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Develop a Content Plan to Keep the Funnel Flowing

By August 16, 2019September 23rd, 2019R2G Blog

Develop a Content Plan to Keep the Funnel Flowing

Follow these four steps to create an editorial calendar that helps your content marketing efforts stay on track.

2 Gentleman in suits 1 lady discussing business

Content marketers — and traditional marketers wanting to leverage content — face a major, ongoing challenge: What are you going to write about? Closely linked to this issue are the questions of when should your content be distributed, through what channels — and who is responsible for making it all happen? Thankfully, one document and some good planning can help you address all of these concerns and more: an editorial calendar.

An editorial calendar can help you decide on your content topics and types in advance, so you aren’t scrambling for ideas at the last minute. It also helps you stay organized long-term by identifying workflow, deadlines, responsibilities and more. Plus, it provides a 10,000-foot view of your overall content marketing initiative to help ensure each piece fits into a cohesive vision and stays true to your overall strategy.

So how do you go about creating this critical document? It’s not as daunting as it sounds. Read on for four straightforward steps to get it done.

Step 1: Gather the team for a brainstorm.

There’s no reason that you alone need to come up with all the content ideas. In fact, you’re likely to create a more well-rounded calendar that meets a wide range of company goals by pulling in other key players. This can include product/service line leaders, a customer service director and other members of the marketing department.

Even with a good team, though, brainstorms can start off slowly, hit sticking spots and move off-topic. Use questions like these to get people talking, start ideas flowing and keep your team focused:

  • What questions or concerns do you frequently hear from customers?
  • Do you have any customer surveys, research or other material that provides added insight on what is of interest to your audience?
  • What consumer lifestyle needs and interests can you tie to your products and services?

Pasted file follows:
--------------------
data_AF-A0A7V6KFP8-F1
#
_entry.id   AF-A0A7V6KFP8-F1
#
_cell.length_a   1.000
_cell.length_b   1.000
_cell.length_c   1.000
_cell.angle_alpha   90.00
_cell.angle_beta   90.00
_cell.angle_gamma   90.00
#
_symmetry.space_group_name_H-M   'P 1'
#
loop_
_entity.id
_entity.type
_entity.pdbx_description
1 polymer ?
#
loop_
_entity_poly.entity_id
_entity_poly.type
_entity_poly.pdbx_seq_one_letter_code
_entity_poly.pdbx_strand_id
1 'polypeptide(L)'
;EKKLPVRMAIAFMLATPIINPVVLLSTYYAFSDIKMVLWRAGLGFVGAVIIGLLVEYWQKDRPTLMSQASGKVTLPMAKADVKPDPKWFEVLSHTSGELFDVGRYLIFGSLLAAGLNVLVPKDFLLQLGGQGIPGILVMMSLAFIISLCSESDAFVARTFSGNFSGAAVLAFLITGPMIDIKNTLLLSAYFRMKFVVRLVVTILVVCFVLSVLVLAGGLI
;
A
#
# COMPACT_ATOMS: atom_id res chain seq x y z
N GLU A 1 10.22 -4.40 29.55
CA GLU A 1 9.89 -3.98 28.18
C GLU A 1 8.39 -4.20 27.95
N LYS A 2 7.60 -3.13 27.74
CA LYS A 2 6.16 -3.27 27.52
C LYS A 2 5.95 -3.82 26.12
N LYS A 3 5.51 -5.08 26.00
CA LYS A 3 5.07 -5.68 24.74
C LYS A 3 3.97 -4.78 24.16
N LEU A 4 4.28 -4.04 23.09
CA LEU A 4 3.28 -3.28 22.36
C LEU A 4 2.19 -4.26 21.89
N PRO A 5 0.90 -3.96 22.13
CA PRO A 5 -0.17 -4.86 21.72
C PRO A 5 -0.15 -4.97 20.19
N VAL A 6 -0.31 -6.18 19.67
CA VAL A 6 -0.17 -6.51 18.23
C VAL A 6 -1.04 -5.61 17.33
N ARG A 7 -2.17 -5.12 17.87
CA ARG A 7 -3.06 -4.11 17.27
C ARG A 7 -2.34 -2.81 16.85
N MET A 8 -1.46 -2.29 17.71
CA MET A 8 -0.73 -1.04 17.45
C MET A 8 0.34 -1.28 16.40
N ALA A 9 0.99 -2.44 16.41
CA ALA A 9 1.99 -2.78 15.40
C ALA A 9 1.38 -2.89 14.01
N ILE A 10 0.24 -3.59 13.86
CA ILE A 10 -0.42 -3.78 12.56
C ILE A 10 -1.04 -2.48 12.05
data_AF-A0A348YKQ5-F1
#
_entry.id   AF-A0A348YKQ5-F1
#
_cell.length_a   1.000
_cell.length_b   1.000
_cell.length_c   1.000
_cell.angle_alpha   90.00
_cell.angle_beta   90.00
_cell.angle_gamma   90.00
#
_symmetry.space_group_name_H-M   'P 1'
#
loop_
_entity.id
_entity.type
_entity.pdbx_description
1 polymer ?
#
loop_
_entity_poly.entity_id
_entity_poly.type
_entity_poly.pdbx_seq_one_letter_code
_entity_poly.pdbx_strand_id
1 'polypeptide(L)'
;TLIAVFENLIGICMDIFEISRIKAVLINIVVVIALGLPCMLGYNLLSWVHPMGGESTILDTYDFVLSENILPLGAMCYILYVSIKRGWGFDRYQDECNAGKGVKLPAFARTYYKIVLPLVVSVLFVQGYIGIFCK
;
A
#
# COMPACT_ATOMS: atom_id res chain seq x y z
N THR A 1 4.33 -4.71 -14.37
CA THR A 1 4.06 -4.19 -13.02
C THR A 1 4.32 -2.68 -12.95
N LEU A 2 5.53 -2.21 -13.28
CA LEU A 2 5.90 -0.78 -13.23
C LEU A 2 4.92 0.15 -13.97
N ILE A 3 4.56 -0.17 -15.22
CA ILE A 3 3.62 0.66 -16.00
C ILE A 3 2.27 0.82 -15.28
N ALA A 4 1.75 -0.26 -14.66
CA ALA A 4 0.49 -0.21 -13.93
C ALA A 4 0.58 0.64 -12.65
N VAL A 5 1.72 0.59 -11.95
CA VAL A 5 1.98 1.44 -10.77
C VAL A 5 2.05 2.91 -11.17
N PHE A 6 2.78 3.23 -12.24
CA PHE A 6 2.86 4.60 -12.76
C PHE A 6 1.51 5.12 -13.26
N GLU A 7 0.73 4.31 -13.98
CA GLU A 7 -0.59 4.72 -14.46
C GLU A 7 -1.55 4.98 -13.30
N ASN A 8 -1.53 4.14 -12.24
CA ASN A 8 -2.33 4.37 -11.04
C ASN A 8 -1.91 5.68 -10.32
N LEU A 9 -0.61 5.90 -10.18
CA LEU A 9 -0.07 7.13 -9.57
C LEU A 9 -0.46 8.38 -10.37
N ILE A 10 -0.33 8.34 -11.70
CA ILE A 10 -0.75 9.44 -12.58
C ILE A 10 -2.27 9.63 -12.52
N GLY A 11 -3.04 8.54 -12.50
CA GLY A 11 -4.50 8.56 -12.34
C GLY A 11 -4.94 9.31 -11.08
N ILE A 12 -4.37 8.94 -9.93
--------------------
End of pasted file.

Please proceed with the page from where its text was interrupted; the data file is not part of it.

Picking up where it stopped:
• What products or services need increased awareness?
  • Are there any company-wide campaigns or initiatives you can leverage or complement?
  • What financial topics are trending in the news?

It can be helpful to list ideas under categories as you go — for instance, different personal finance topics, seasons, etc. One rule of thumb: Don’t worry about narrowing down the ideas at this stage — just gather everything you can.

Step 2: Organize your ideas into a calendar.

This is the step where you begin sifting out ideas that don’t really work and zeroing in on the most promising content candidates. As you make your picks, organize them into a single document — the actual editorial calendar. This can be as simple as an Excel spreadsheet or Word table. Or you can opt for content management tools like Kapost and Divvy HQ.

When deciding where to fit each topic into the timeline, consider the following:

  • What are your quarterly goals?
  • When are product launches or updates slated to roll out?
  • Do you have specific sales cycles or product focuses throughout the year?
  • Does natural seasonality affect your business?
  • What major holidays could you align content with?
  • What industry or community events could you align content with?

Once your calendar is full, save any unused ideas in a story bank — you never know when they might come in handy.

Step 3: Fill in helpful details.

Besides corralling and organizing content ideas, your calendar can act as a single source to provide an overview of your content plan and to help you and your team keep on track.

For instance, you can add details like the following for each content piece:

  • Type (newsletter article, blog post, video, infographic, Facebook post, etc.)
  • Channel(s) where content will be published
  • Target audience (single millennial, small-business owner, prospective homebuyer, etc.)
  • Call to action and/or desired response from audience (open a checking account, call a loan officer, etc.)
  • Team member(s) responsible for providing the content
  • Internal deadlines
  • Desired publish date
  • Performance metrics

Step 4: Review regularly, revise as needed.

Things change — corporate goals alter, new products and services are announced (or delayed), consumer trends shift and so on. That means your content calendar may need to change, too, especially if you’re planning far in advance. Be sure to review your calendar at regular intervals — at least quarterly — to ensure the topics still make sense and work where you’ve scheduled them. Then enjoy some peace of mind knowing you have a complete content plan in place!

Having content ideas is one thing. Developing the content itself can be quite another. If you need help, Ready2Go Solutions is here for you, with a convenient, affordable content solution. We offer hundreds of content pieces that are complete and ready for you to purchase, download and use today — or anywhere you need to fill in a blank in your calendar.

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